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Preceptory, boundary, two mounds, fishpond and dam at Beaumont Leys

A Scheduled Monument in Beaumont Leys, Leicester

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Coordinates

Latitude: 52.6782 / 52°40'41"N

Longitude: -1.1657 / 1°9'56"W

OS Eastings: 456501.408403

OS Northings: 309268.566938

OS Grid: SK565092

Mapcode National: GBR F71.PT

Mapcode Global: WHDJ4.2Y56

Entry Name: Preceptory, boundary, two mounds, fishpond and dam at Beaumont Leys

Scheduled Date: 10 April 1980

Last Amended: 3 February 1993

Source: Historic England

Source ID: 1009196

English Heritage Legacy ID: 17095

County: Leicester

Electoral Ward/Division: Beaumont Leys

Built-Up Area: Leicester

Traditional County: Leicestershire

Lieutenancy Area (Ceremonial County): Leicestershire

Church of England Parish: Stocking Farm and Beaumont Leys

Church of England Diocese: Leicester

Details

The monument at Beaumont Leys is situated on a small plateau known as Castle
Hill which falls away steeply on the north, west and south sides. The site
includes a ditched and banked enclosure containing two small mounds, a linear
boundary bank and ditch to the east and a large fishpond with a dam lying to
the north.

The preceptory is situated within a sub-rectangular enclosure measuring 200 x
150m in overall dimensions. The enclosure is formed by a bank measuring up to
1.5m high and an outer ditch measuring about 0.5m deep. An irregular surface
exists internally containing two mounds each about 1m high and 12m in
diameter. Comparison with an excavated Templar house at South Witham in
Lincolnshire indicates that below ground features of the preceptory buildings
exist around the perimeter of the enclosure, originally producing a courtyard
in the centre. To the east and parallel to the enclosure is a further bank and
ditch running north-south. The boundary runs for a distance of almost 300m,
with the bank being about 0.5m high and the ditch 0.5m deep, and formed part
of a former boundary to control stock movement. A stream situated to the west
of the preceptory enclosure was dammed to the north to form a large fishpond.
The dam measures over 100m long and up to 3m high and 8m wide. A division of
the dam in the centre marks the site of a former sluice gate. The present
stream runs to the west of the fishpond but the original channel to the
fishpond can be seen as a discolouration in the vegetation south of the pond.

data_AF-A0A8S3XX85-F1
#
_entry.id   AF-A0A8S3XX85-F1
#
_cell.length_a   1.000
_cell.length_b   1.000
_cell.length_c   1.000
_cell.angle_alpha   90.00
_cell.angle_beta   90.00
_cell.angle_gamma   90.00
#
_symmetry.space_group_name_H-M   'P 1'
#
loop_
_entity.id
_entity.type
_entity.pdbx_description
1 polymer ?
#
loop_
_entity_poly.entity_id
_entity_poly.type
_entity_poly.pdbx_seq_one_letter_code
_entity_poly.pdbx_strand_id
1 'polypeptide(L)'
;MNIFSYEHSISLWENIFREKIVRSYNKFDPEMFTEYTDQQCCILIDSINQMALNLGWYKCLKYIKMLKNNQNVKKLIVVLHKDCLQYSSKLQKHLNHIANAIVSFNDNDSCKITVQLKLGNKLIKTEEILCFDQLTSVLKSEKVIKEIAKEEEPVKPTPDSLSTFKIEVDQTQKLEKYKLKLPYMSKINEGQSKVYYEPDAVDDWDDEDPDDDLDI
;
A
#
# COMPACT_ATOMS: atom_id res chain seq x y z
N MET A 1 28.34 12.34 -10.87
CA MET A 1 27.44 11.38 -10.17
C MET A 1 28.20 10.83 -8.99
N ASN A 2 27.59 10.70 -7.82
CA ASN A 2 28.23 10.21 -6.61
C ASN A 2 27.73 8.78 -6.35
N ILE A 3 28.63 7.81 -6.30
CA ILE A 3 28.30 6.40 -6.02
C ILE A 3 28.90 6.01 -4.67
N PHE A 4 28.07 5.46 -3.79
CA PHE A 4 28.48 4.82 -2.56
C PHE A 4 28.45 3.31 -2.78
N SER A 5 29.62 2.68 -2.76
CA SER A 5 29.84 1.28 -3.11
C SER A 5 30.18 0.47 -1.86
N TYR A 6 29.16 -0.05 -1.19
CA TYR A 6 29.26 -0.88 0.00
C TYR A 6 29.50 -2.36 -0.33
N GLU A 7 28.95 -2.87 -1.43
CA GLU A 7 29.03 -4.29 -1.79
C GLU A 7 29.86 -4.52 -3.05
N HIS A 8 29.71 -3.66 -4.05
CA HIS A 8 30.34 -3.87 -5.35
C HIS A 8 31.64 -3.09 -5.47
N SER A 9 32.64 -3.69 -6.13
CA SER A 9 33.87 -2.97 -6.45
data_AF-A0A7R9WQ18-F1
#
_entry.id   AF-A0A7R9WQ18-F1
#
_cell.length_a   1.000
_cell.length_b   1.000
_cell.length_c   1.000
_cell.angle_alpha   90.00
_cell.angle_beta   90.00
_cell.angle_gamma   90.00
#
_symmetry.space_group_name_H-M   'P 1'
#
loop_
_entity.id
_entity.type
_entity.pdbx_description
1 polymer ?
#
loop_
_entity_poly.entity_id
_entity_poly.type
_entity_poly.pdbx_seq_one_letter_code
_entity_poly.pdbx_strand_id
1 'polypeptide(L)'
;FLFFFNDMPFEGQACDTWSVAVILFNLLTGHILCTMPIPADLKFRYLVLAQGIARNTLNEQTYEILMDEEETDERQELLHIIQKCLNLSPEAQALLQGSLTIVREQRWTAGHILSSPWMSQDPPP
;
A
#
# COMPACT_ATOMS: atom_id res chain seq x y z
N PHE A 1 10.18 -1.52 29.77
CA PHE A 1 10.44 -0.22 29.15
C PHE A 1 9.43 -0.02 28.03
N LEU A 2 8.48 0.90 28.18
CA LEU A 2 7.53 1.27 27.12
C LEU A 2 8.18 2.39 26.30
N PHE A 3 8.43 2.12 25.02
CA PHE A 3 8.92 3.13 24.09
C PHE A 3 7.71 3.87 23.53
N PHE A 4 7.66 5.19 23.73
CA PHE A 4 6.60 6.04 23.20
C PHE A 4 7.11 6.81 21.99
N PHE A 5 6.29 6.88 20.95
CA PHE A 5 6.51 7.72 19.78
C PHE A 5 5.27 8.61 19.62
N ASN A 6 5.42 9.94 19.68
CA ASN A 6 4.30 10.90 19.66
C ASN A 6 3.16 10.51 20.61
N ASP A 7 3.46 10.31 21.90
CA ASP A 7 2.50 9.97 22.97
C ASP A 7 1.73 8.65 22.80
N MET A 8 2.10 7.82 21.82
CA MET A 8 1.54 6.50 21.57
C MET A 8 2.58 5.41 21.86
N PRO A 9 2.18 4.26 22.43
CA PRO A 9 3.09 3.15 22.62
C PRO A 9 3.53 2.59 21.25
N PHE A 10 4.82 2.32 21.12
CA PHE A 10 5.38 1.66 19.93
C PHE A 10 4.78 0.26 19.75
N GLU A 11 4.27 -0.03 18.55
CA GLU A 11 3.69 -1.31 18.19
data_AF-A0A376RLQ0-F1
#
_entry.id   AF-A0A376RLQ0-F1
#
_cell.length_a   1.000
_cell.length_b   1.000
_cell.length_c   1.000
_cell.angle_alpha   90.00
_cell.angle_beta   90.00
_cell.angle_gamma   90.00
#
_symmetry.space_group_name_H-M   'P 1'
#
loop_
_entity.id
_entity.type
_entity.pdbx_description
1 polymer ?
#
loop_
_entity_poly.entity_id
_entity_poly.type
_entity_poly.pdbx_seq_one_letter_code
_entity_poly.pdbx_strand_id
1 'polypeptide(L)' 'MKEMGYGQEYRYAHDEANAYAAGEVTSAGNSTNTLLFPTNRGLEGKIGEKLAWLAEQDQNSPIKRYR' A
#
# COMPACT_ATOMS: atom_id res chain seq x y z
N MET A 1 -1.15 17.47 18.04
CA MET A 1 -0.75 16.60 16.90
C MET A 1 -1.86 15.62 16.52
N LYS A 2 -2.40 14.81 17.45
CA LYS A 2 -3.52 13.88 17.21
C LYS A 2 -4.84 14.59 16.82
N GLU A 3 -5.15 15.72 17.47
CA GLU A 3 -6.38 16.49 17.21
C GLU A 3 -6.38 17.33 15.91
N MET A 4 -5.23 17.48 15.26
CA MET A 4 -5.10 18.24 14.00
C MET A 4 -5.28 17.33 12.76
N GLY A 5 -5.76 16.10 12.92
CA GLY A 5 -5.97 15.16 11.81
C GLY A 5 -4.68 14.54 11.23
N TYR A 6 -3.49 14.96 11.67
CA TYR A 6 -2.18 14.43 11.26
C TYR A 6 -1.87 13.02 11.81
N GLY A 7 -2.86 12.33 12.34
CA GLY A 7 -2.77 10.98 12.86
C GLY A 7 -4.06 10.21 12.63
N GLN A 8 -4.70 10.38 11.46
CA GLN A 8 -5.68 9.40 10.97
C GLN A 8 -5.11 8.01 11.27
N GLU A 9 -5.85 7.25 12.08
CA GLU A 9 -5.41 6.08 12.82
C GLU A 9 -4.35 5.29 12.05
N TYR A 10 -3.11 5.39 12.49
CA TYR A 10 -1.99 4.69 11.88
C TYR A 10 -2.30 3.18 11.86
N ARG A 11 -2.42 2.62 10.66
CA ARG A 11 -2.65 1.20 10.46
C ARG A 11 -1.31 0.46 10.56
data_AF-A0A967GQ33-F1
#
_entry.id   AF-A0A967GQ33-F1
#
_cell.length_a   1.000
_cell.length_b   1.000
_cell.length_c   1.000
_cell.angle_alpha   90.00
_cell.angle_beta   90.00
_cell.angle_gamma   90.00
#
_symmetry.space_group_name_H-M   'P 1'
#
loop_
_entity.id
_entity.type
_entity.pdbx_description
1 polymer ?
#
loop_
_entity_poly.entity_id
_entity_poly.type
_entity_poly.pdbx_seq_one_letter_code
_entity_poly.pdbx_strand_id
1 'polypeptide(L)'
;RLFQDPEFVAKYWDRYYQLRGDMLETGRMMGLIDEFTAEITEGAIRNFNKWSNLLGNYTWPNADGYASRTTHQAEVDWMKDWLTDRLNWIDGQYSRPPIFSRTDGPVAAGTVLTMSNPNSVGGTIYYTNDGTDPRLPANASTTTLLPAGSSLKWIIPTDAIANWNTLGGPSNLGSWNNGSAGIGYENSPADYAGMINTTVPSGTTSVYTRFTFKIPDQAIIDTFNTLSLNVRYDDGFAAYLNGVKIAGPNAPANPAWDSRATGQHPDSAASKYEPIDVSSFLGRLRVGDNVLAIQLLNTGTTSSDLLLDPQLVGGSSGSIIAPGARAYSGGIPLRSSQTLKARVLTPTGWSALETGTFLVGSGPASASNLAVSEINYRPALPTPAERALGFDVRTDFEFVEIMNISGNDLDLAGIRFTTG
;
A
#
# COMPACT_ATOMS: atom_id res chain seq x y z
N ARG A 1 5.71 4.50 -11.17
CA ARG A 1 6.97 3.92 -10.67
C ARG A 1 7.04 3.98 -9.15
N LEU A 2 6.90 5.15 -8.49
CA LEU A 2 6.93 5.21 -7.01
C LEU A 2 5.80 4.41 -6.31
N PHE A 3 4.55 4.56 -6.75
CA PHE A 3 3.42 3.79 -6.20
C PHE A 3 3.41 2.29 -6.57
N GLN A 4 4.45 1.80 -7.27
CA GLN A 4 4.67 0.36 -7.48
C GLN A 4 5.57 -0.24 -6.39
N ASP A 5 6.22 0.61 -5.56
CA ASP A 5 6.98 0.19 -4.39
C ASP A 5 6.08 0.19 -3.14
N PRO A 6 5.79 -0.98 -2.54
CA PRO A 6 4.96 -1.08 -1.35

The resulting fishpond, now a marshy area, measures 100 x 75m and contains a
small island used for breeding water-fowl in the medieval period.

In 1252 Simon de Montfort, Earl of Leicester, gave the land immediately to the
south-east of Beaumont Leys to Leicester Abbey and at the same time gave
Beaumont Leys itself to the religious order known as the Knights Templars.
That order later fell foul of the Pope and the lands were seized by the King
in 1308. In due course Beaumont Leys and most of the Templars land was granted
to the Knights Hospitallers in whose hands it remained until 1482 when the
Hospitallers exchanged it with Edward IV for the Rectory of Boston. The land
is described as being surrounded by a pale and as the area is later described
as a park this may well explain why the king, noted for his love of hunting,
wished to acquire it.

MAP EXTRACT
The site of the monument is shown on the attached map extract.

Source: Historic England

Reasons for Scheduling

A preceptory is a monastery of the military orders of Knights Templars and
Knights Hospitallers (also known as the Knights of St John of Jerusalem). At
least one preceptory of the Knights of St Lazarus is also known to have
existed in England. Preceptories were founded to raise revenues to fund the
12th and 13th century crusades to Jerusalem. In the 15th century the
Hospitallers directed their revenue toward defending Rhodes from the Turks. In
addition, the preceptories of the Templars functioned as recruiting and
training barracks for the knights whilst those of the Hospitallers provided
hospices which offered hospitality to pilgrims and travellers and distributed
alms to the poor. Lazarine preceptories had leper hospitals attached. Like
other monastic sites, the buildings of preceptories included provision for
worship and communal living. Their most unusual feature was the round nave of
their major churches which was copied from that of the Holy Sepulchre in
Jerusalem. Indeed their use of such circular churches was unique in medieval
England. Other buildings might include hospital buildings, workshops or
agricultural buildings. These were normally arranged around a central open
space, and were often enclosed within a moat or bank and ditch. From available
documentary sources it can be estimated that the Templars held 57 preceptories
in England. At least 14 of these were later taken over by the Hospitallers,
who held 76 sites. As a relatively rare monument class, all sites exhibiting
good survival of archaeological remains will be identified as nationally
important.

The preceptory site at Beaumont Leys survives well and has good documentary
evidence. The associated fishpond has one of the finest examples of a medieval
dam in Leicestershire.

Source: Historic England

Sources

Books and journals
Liddle, P, A Guide to 20 Archaeological Sites in Leicestershire, (1983), 22-3

Source: Historic England

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